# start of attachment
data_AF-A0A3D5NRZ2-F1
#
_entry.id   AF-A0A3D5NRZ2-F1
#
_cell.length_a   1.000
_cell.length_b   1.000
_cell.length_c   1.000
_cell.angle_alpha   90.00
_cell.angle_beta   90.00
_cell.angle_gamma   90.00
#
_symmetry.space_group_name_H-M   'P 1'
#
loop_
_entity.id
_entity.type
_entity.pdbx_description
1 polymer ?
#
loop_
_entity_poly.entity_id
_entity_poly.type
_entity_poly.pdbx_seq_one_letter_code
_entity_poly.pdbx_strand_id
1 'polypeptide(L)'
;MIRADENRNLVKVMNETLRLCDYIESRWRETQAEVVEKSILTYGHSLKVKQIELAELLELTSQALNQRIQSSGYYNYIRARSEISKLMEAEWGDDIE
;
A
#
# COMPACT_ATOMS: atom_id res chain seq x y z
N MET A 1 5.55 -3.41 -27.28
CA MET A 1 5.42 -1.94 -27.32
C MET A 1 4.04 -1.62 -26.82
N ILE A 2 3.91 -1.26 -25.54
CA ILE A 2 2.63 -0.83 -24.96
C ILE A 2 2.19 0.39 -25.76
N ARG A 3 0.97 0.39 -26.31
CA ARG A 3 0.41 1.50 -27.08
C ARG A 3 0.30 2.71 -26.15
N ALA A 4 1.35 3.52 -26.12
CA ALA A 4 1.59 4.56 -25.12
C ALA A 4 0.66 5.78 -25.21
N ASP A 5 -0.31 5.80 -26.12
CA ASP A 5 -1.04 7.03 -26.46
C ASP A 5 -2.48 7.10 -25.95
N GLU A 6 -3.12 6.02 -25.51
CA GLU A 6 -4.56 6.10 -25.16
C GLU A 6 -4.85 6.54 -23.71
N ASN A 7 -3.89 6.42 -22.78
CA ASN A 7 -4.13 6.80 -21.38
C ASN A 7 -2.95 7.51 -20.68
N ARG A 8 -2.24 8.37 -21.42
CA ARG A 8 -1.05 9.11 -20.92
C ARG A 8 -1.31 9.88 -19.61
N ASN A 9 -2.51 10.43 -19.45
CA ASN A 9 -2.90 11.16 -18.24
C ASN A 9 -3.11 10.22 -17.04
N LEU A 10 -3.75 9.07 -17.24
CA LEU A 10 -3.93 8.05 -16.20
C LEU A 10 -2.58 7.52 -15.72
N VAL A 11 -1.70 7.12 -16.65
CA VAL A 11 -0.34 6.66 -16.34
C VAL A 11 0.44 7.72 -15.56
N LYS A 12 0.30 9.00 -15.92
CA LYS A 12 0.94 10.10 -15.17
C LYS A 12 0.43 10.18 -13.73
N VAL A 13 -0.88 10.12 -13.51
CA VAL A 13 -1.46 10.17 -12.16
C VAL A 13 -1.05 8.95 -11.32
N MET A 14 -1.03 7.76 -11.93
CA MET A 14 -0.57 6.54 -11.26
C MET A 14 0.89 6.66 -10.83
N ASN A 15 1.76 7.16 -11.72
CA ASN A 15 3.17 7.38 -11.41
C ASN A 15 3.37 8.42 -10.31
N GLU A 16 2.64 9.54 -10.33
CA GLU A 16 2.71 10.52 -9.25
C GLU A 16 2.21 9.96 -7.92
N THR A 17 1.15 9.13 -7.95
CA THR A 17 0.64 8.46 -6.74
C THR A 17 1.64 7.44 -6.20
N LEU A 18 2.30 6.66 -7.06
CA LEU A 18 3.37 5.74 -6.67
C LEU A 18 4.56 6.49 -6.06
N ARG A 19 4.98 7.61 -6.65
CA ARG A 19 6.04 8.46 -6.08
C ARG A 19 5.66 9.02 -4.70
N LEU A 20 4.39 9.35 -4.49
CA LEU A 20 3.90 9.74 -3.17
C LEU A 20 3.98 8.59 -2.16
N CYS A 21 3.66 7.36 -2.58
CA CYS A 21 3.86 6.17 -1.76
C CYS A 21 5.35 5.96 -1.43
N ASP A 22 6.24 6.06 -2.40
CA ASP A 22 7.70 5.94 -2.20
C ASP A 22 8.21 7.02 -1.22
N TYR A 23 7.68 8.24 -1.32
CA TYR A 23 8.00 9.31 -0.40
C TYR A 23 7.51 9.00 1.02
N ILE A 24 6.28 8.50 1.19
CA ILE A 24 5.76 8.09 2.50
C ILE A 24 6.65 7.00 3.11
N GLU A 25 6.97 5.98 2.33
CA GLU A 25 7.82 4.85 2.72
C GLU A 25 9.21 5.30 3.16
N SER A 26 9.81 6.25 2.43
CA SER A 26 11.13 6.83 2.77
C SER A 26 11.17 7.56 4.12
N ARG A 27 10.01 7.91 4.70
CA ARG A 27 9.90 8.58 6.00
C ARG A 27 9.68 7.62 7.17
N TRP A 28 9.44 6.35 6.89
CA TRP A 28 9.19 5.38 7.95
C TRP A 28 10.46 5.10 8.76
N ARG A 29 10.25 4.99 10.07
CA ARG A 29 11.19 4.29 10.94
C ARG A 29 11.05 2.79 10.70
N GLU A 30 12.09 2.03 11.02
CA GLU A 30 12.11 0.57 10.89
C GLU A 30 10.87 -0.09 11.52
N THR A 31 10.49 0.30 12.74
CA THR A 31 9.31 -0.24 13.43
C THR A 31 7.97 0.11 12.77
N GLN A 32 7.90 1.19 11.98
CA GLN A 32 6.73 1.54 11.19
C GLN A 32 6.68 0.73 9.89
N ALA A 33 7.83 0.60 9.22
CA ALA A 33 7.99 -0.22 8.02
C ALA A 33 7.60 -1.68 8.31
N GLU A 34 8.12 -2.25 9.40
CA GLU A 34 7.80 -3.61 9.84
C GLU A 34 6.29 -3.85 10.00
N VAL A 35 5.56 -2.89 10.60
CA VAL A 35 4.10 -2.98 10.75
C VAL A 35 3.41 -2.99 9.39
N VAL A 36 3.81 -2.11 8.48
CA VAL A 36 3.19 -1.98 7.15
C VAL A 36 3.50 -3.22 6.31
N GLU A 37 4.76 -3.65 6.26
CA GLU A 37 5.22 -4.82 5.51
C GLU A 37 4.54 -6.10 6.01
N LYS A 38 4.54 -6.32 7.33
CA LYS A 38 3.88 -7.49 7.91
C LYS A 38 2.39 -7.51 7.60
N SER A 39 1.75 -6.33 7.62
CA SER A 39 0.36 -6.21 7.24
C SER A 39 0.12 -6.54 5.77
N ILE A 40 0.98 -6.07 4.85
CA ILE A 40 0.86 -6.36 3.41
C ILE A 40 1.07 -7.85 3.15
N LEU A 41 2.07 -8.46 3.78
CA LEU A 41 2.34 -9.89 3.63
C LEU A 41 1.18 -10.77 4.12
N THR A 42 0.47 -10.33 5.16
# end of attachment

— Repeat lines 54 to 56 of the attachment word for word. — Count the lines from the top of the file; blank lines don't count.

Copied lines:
C ARG A 8 -1.31 9.88 -19.61
N ASN A 9 -2.51 10.43 -19.45
CA ASN A 9 -2.90 11.16 -18.24